The chatter is getting louder. More voices are joining in all the time as people of all ages and from all backgrounds begin to talk more openly about death, dying and funerals. And Christians have much to contribute: after all in Easter services every year, if not every Sunday, we remember and celebrate our great hope that death is not the end, and that God will bring comfort for the bereaved.
And now the big conversation is really emerging in our culture. The taboo around death and dying is being pushed and challenged . Almost every week there are articles, opinion pieces and comments about death and funerals, sometimes triggered by the death of well-known individuals, and sometimes triggered by personal events. Movements such as Death Café are growing quickly as people begin to face the issues, whether making good financial plans or talking more widely about bereavement and loss.
Research undertaken on behalf of the Archbishops’ Council nearly four years ago told us that the Church of England is well-placed to help people have this kind of conversation. One of the respondents actually suggested that a small group gathered together would be a good idea and last year Church House Publishing launched GraveTalk, a resource that is part of the Archbishops’ Council work around funerals. GraveTalk has been a hugely popular tool to get people of all ages starting a conversation about matters of life and death. It is being used by care professionals, funeral directors and many others who work outside the church. Anne Lee, who works with Hudson Training, Taunton to assess health and social care apprentices and care-workers , finds it an invaluable tool in helping young people address the issues they might encounter: “The GraveTalk questions help young people to be comfortable with talking about death and dying and helps them think about some of the big things that happen in their own lives.”
Since being piloted in 2014 with Lichfield Diocese, hundreds of GraveTalk events have been led by local churches, sometimes with congregations, sometimes in public spaces. Recently, a vicar from Rochester Diocese commented, “ I wish I had done this sooner! Once people started talking it was difficult to stop them. We will be holding another GraveTalk soon.” GraveTalk is being used in hospices, prisons, churches and in local pubs and coffee shops. I found myself in a lengthy conversation one evening with my 22 year old niece, as she talked about the loss of grandparents, pets, the impact of a friend’s death, working with dying people and her own hopes for what difference her life might make in the world. In and through that conversation we also talked about faith and hope, and the great love of God in Jesus Christ.
The theme of this year’s Dying Awareness week is ‘The Big Conversation’ and, above all, churches need to be holding conversations, joining in those that are happening in their communities, contributing to local media and social media. It is also about creating a space where people can share their experiences, thoughts and emotions. It is not about holding a course with answers or a programme to complete, but is about allowing people to share their thoughts, however hesitant. The Church of England, indeed most churches, can provide space and are usually able to organise refreshment and hospitality, which are key components of a successful conversation. But more importantly we bring not just our own experience of loss and bereavement, but the experience of walking with generations of people as they go through the ‘valley of the shadow of death’ [Psalm 23]. We also bring the experience of helping people think through the big questions that emerge when we start talking about death, questions about purpose, destiny and value.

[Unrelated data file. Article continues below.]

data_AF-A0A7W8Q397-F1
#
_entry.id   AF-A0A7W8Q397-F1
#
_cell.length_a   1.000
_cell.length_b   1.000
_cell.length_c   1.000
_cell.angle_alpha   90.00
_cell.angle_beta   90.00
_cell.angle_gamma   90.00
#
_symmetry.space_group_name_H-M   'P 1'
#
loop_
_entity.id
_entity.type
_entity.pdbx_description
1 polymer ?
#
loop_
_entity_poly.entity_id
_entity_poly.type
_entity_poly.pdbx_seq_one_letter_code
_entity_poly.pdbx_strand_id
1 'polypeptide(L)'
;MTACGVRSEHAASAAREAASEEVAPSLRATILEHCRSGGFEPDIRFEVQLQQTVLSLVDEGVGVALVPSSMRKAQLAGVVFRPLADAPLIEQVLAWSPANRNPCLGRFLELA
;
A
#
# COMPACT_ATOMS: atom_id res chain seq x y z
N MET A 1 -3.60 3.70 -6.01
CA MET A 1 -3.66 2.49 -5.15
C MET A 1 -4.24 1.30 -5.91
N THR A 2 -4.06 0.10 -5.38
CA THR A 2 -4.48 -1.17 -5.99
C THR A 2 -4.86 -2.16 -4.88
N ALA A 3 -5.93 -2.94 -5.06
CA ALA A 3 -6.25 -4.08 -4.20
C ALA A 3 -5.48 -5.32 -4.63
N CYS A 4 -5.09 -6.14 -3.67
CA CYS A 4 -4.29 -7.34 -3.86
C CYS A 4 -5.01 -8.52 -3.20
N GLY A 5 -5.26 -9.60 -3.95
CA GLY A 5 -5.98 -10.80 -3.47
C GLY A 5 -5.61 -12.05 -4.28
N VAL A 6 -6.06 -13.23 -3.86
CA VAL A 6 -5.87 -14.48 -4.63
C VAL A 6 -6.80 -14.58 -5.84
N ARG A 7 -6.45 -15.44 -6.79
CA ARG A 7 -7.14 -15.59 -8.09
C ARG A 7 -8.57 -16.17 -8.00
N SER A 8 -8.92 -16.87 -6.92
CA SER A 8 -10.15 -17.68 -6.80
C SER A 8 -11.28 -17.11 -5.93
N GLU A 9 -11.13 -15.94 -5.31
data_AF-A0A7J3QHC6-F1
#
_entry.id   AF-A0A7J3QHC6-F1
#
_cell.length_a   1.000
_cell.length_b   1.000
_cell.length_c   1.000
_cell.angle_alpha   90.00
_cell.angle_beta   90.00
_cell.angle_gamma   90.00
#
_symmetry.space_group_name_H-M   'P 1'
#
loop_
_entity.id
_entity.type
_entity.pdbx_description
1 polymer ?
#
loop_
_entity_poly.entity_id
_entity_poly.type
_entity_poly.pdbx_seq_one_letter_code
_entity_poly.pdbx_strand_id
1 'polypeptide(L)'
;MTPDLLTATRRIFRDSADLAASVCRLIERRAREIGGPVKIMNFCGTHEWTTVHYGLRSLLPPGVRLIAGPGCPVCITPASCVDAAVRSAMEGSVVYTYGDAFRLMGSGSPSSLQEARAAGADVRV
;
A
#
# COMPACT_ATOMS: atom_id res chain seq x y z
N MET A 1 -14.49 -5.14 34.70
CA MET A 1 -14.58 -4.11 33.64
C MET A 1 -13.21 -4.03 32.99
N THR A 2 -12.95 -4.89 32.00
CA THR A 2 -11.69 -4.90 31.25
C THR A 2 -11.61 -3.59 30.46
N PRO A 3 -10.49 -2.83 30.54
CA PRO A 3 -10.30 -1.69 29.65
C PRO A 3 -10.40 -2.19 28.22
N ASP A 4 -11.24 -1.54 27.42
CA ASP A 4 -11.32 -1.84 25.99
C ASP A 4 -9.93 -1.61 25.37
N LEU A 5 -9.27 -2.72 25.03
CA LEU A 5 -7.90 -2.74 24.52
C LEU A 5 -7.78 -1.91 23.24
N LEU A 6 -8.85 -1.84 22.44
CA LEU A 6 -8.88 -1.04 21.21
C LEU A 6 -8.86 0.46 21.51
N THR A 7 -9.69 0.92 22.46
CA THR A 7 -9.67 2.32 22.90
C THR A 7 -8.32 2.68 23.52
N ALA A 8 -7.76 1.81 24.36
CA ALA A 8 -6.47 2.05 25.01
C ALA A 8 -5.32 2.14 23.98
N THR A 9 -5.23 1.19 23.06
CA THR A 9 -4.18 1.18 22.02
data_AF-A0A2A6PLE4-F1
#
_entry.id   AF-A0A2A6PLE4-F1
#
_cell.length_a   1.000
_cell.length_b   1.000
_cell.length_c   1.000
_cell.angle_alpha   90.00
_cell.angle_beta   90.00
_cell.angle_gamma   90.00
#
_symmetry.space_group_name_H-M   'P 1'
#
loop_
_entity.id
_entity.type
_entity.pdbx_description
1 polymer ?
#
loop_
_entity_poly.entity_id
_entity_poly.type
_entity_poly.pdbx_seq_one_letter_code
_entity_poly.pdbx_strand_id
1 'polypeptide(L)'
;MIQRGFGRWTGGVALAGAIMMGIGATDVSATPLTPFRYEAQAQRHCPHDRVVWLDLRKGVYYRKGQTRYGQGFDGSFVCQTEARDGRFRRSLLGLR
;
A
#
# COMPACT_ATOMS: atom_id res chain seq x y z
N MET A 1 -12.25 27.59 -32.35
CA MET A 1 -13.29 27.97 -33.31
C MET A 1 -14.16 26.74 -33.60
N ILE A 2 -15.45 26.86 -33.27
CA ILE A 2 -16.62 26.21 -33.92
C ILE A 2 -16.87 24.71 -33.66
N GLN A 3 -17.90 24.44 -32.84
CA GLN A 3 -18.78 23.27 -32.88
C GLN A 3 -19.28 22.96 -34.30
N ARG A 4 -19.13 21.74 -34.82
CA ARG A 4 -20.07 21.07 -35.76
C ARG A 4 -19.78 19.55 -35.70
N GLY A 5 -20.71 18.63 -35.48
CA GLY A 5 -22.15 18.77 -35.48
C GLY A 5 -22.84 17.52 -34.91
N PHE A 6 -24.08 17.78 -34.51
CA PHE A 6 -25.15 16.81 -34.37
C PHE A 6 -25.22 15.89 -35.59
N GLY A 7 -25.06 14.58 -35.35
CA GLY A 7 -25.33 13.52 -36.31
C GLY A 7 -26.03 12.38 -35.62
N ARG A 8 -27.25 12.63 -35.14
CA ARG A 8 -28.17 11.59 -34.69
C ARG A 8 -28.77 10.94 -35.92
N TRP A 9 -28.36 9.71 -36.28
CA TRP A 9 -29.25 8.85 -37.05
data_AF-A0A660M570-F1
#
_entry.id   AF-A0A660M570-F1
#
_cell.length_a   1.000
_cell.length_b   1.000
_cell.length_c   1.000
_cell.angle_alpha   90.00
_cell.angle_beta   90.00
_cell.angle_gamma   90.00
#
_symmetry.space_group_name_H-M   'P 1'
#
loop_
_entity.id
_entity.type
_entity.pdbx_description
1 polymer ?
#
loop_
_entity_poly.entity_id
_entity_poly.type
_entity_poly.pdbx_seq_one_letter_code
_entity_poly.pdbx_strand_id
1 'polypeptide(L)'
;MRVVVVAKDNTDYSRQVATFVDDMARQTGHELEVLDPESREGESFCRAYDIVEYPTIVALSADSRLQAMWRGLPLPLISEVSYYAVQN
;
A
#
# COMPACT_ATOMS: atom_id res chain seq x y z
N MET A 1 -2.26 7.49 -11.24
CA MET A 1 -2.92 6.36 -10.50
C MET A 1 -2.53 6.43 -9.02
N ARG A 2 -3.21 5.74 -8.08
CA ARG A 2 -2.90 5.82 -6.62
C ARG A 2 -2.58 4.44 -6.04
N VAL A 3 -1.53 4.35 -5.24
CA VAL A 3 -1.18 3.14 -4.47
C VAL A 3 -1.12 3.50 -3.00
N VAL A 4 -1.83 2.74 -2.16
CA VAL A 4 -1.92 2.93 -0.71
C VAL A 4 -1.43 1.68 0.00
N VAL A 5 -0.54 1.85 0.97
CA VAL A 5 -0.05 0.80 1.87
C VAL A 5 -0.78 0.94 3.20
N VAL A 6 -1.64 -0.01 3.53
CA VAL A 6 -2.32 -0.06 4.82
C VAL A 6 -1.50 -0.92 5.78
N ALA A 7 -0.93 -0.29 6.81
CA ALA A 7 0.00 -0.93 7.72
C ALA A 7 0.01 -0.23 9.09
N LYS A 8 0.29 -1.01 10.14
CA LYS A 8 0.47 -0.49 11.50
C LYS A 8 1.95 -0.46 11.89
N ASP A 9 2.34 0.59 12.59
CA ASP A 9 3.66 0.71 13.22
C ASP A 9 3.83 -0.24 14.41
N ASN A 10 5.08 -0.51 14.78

The conversation around death and funerals will often involve sharing stories of those who have shaped our own lives and our feelings about their death. It may involve expressing faith and doubt about what happens after death, and it may involve ideas for our own funeral service. The conversation should not just be about our own wishes – it should then give people confidence to go and talk to family and friends about how they would want our life to be remembered. A funeral is a time to give thanks for a life that has meant much, but it also a time to grieve that loss and to think about our hope in a future. As Christians, we have a sure and certain hope in the resurrection, and talking about death, dying and funerals is a good place to share that hope.
Events are simple to organise: you need a room, some tea and cake, and the GraveTalk questions may provide a starting point. Sometimes it is helpful to have a place for reflection, a prayer tree or a candle stand. Sometimes it is useful to have information from local support groups or funeral providers and to make sure there is accurate information about the process, costs and practicalities when someone dies.
But however it happens, the important thing is to be part of the conversation. People are beginning to talk – and as a church we have something to contribute. Whether it’s in Dying Awareness week or later in the year, there’s a space and a place to talk and to listen. Be confident and do it.
For more information see www.churchofenglandfunerals.org
(An edited version of this article first appeared in the Church Times)
GraveTalk is published by Church House Publishing and available from www.churchsupporthub.org and bookshops.